Jeffrey Ashe

NexThought Monday – Second Chances in Global Development: How savings and lending groups can achieve what microcredit hasn’t

It might have turned out differently. In 1979 I led a team whose mandate was to learn how financial institutions lend to micro businesses. The PISCES Project, as it was called, was USAID’s first foray into microfinance, and it would become the spark for greater U.S. involvement in the nascent sector. Funding and personnel from USAID pushed seminal groups like Acción and Opportunity International further into microfinance, while helping initiate its transition from non-profit to for-profit models. Soon, other funding poured in and microfinance became a global development phenomenon.

But what if our mandate instead had been to learn how micro-businesses actually financed their businesses? Instead of assuming that institutional credit was what they needed, informal financial management tools including revolving and accumulating savings clubs[1] common in much of the developing world – not merely financial institutions – would have been central to our investigation. And perhaps these tools, rather than formal microcredit, would have captured the imagination of the global development community.

While microcredit was rapidly gaining momentum, in 1991, Moira Eknes, then a Norwegian CARE volunteer working in a remote corner of Niger, did what our research failed to do. By studying, the traditional savings clubs prevalent in the villages where she worked, Eknes and her coworkers refined them into a saving and borrowing model called Village Saving and Lending Associations (VSLAs). VSLAs were more flexible and transparent, and more immediately useful for villagers than the traditional alternatives.

Eknes never expected that her VSLAs would spread much beyond the small communities where she worked. How wrong she was. Today there are 10.5 million members of savings groups (most of them women) in some 65 countries participating in over half a million groups. The vast majority of these groups are in Africa, but savings group membership is rapidly spreading in Latin America and Asia even in countries where rotating savings and credit associations (ROSCAs) are not common showing the vast unmet need for a safe and convenient place to save and easy access to small loans.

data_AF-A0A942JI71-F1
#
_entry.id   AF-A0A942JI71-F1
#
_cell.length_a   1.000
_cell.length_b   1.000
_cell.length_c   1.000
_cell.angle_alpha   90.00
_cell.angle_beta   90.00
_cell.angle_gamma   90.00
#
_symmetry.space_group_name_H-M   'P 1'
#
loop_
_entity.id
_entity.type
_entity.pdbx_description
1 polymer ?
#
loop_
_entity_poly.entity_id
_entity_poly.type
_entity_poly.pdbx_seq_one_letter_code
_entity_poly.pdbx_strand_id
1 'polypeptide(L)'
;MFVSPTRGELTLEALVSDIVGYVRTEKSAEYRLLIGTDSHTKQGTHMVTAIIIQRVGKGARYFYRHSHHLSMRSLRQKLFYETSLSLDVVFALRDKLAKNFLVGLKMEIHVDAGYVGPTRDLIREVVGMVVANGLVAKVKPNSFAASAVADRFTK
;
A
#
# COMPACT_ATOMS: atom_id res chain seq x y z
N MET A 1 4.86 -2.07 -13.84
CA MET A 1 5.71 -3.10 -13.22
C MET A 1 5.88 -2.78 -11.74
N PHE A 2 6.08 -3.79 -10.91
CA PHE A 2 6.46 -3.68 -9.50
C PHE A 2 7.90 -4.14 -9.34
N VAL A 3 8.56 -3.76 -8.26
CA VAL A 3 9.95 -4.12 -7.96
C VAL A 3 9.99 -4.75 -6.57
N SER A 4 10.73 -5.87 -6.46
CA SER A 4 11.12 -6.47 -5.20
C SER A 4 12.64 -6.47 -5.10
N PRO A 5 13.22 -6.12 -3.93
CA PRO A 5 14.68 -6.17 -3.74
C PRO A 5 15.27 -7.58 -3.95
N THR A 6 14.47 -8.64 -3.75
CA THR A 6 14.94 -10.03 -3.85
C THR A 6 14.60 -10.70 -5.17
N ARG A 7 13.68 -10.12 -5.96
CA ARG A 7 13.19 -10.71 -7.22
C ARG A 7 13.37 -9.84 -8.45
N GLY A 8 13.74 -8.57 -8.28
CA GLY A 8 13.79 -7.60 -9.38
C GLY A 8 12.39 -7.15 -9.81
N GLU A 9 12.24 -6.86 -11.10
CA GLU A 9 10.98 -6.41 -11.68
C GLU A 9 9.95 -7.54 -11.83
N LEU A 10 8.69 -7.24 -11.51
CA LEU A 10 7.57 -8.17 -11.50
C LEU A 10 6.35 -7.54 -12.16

Ten and a half million group members are our “proof of concept” but what if we scaled savings group membership to 100 million, or half the current outreach of microfinance? This would translate into savings groups in place in a million villages – that’s equivalent to every village in 66 countries the size of Mali – and in thousands of cities and towns. These groups would collectively mobilize and largely distribute $2.5 billion each year ($1,800 per group) of which $750 million (30 percent) would represent the groups’ profits from lending and fines. Group members, not financial institutions, would reap the benefits.

The total price tag spread over a decade would be less than the grant funding to microfinance in a single year ($2.56 billion according to a 2011 CGAP Focus Note).[2] And it could be much less than that. The cost of promoting savings groups is trending downward as the methodology is further simplified[3], more volunteers are training groups, and some groups are paying for their training.[4] What’s more, group training along with health education is now being delivered on cell phones[5], and a simple app is being perfected to automate record keeping[6].

I believe promoting savings groups at this scale could become a global development phenomena as profound as microfinance sparked three decades earlier. The difference is that while microfinance struggles to reach the very poor, savings and lending groups are expressly designed to meet their needs. Costs are so low because group members, not institutions, take on the tasks of lending, tracking payments and repayment – the major costs of financial institutions – and no funds external to the groups are required since the money lent is the money the members save. Savings groups prove that the poor are not too poor to save and that there is enough savings potential in a group of 20 to meet most members’ needs, which are as much about insuring there is food on the table and dealing with emergencies as business development.

In contrast to a typical microfinance institution, savings groups:

? Reach those that microfinance is not designed to reach profitably. Even the most motivated micro-lender cannot make money on $0.50 savings deposits and $30 loans.